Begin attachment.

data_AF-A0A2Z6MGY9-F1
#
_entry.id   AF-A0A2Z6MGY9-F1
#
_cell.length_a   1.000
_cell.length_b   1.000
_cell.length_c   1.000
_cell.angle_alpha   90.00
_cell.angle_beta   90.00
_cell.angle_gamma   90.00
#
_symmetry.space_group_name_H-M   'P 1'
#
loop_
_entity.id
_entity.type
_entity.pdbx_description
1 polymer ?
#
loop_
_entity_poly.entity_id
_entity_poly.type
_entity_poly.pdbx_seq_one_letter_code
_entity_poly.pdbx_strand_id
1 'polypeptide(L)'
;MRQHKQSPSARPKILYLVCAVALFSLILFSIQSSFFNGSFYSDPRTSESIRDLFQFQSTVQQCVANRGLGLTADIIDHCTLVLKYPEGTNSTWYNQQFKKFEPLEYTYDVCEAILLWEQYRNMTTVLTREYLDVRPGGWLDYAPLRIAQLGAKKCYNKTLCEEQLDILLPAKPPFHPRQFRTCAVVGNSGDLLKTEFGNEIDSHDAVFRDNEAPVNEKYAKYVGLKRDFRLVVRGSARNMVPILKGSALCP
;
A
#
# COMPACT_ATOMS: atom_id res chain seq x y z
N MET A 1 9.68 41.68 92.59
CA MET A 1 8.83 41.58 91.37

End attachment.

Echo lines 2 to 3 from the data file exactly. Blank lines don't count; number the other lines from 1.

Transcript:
#
_entry.id   AF-A0A2Z6MGY9-F1